Dene Hollier competed internationally on two wheels – even racing at the legendary Isle Of Man TT – before turning his skills to four wheels when he went single-seater racing. Sadly, Dene passed away on January 19, 2019 at the age of 91 years and three months at the Ranfurly Residential Care Centre and Rest Home in Feilding, where he had spent his last few years.

Dene and the Lotus 27, Renwick, November 1966 (Photo Rosalie Stuart)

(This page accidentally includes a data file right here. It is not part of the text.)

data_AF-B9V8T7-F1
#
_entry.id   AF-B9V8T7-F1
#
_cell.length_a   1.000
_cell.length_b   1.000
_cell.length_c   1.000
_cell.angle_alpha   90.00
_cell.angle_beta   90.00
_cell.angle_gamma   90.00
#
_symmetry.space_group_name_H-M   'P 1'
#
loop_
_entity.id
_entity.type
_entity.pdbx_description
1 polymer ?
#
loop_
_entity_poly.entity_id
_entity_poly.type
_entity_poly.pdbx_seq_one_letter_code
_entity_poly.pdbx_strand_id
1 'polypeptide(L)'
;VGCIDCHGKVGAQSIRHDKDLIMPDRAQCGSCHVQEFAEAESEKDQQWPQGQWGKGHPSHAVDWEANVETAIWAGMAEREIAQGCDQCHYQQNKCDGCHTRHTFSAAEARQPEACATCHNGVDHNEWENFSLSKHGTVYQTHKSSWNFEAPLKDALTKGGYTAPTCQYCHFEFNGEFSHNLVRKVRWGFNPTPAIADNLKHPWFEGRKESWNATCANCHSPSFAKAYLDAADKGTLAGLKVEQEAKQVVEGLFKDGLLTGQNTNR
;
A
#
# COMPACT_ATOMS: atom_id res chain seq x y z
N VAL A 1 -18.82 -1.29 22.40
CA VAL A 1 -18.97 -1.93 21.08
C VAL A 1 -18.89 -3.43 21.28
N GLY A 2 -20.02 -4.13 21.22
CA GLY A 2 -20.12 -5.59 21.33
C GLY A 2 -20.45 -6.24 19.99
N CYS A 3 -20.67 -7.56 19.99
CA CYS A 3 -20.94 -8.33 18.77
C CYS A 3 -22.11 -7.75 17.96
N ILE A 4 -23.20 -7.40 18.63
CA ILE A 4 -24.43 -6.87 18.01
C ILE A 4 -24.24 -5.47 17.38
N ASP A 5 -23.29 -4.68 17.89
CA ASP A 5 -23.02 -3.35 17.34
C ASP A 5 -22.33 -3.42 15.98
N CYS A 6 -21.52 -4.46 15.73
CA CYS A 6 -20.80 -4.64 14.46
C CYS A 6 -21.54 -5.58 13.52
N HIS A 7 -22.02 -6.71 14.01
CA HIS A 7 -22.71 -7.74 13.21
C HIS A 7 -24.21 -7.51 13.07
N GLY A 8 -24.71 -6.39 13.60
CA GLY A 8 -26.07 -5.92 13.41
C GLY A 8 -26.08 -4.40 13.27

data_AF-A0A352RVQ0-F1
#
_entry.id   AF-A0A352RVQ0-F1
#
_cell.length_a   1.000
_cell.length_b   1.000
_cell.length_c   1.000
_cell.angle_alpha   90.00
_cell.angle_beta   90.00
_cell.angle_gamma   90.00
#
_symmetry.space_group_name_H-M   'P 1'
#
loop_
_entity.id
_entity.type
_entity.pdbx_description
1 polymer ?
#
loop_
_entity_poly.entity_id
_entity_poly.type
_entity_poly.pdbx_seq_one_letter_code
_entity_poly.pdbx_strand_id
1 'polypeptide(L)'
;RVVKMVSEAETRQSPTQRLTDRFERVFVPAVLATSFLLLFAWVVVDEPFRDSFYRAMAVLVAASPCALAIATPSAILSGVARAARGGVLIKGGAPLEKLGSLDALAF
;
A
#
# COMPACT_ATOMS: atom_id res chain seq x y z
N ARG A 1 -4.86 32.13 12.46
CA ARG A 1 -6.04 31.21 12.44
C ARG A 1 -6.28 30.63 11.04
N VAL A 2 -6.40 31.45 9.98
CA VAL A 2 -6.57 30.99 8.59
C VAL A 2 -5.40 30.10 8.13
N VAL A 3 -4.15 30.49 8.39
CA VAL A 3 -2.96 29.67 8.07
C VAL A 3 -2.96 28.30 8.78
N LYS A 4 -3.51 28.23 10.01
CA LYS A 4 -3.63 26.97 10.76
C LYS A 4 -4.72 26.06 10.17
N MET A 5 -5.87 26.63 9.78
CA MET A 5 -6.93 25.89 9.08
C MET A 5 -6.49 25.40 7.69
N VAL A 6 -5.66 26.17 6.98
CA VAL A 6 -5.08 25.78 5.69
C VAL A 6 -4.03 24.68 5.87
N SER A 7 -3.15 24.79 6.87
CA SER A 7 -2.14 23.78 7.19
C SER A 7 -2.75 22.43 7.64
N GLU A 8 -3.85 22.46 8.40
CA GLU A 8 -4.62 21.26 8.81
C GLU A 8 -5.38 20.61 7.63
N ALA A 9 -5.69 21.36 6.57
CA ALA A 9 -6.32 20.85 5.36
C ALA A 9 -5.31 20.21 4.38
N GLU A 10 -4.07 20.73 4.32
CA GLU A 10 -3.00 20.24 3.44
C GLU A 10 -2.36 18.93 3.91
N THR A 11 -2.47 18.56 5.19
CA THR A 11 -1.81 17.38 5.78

Born October 5, 1927 and growing up in (at the time) the small country town of Palmerston North during the 1930s and 1940s, Dene resigned from high school at the then legal age of 15 to immediately begin his apprenticeship as a fitter and turner with Holbert Electrical and Precision Engineering. Dene liked lathe work and soon became known for his skills at producing parts for racing motorcycles. His own first racing machine was a belt-driven Douglas but he soon worked his way up the motorcycle ladder and began racing much faster machines. He competed in events as diverse as grass track, speedway, hillclimbs, trials, beach and circuit racing – in those days the latter meant street circuits, as I don’t think there were any permanent sealed circuits in New Zealand during the war years.


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